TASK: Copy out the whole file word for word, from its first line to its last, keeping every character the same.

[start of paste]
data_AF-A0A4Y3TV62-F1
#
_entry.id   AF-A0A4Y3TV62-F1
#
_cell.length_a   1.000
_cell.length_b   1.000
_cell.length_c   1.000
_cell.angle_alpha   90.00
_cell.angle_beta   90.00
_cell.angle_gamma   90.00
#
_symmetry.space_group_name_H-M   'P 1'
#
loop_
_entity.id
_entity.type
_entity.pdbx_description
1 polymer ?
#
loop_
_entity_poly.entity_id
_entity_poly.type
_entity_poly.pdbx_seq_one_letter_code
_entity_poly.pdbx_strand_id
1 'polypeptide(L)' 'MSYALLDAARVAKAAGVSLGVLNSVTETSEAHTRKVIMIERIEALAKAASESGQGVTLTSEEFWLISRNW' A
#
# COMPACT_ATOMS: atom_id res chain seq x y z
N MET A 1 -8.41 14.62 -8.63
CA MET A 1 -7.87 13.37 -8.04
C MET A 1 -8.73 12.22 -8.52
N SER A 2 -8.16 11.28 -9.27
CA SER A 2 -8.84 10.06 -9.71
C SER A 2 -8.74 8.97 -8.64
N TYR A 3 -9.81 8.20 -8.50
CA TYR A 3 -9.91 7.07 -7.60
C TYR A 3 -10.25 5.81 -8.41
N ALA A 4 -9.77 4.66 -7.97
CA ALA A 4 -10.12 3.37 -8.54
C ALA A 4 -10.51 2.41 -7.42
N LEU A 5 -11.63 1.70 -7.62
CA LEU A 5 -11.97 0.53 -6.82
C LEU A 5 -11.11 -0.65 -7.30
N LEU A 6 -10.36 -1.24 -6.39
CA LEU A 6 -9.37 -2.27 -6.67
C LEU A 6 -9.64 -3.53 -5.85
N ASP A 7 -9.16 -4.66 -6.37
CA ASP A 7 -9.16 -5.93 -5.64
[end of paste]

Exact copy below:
data_AF-A0A4Y3TV62-F1
#
_entry.id   AF-A0A4Y3TV62-F1
#
_cell.length_a   1.000
_cell.length_b   1.000
_cell.length_c   1.000
_cell.angle_alpha   90.00
_cell.angle_beta   90.00
_cell.angle_gamma   90.00
#
_symmetry.space_group_name_H-M   'P 1'
#
loop_
_entity.id
_entity.type
_entity.pdbx_description
1 polymer ?
#
loop_
_entity_poly.entity_id
_entity_poly.type
_entity_poly.pdbx_seq_one_letter_code
_entity_poly.pdbx_strand_id
1 'polypeptide(L)' 'MSYALLDAARVAKAAGVSLGVLNSVTETSEAHTRKVIMIERIEALAKAASESGQGVTLTSEEFWLISRNW' A
#
# COMPACT_ATOMS: atom_id res chain seq x y z
N MET A 1 -8.41 14.62 -8.63
CA MET A 1 -7.87 13.37 -8.04
C MET A 1 -8.73 12.22 -8.52
N SER A 2 -8.16 11.28 -9.27
CA SER A 2 -8.84 10.06 -9.71
C SER A 2 -8.74 8.97 -8.64
N TYR A 3 -9.81 8.20 -8.50
CA TYR A 3 -9.91 7.07 -7.60
C TYR A 3 -10.25 5.81 -8.41
N ALA A 4 -9.77 4.66 -7.97
CA ALA A 4 -10.12 3.37 -8.54
C ALA A 4 -10.51 2.41 -7.42
N LEU A 5 -11.63 1.70 -7.62
CA LEU A 5 -11.97 0.53 -6.82
C LEU A 5 -11.11 -0.65 -7.30
N LEU A 6 -10.36 -1.24 -6.39
CA LEU A 6 -9.37 -2.27 -6.67
C LEU A 6 -9.64 -3.53 -5.85
N ASP A 7 -9.16 -4.66 -6.37
CA ASP A 7 -9.16 -5.93 -5.64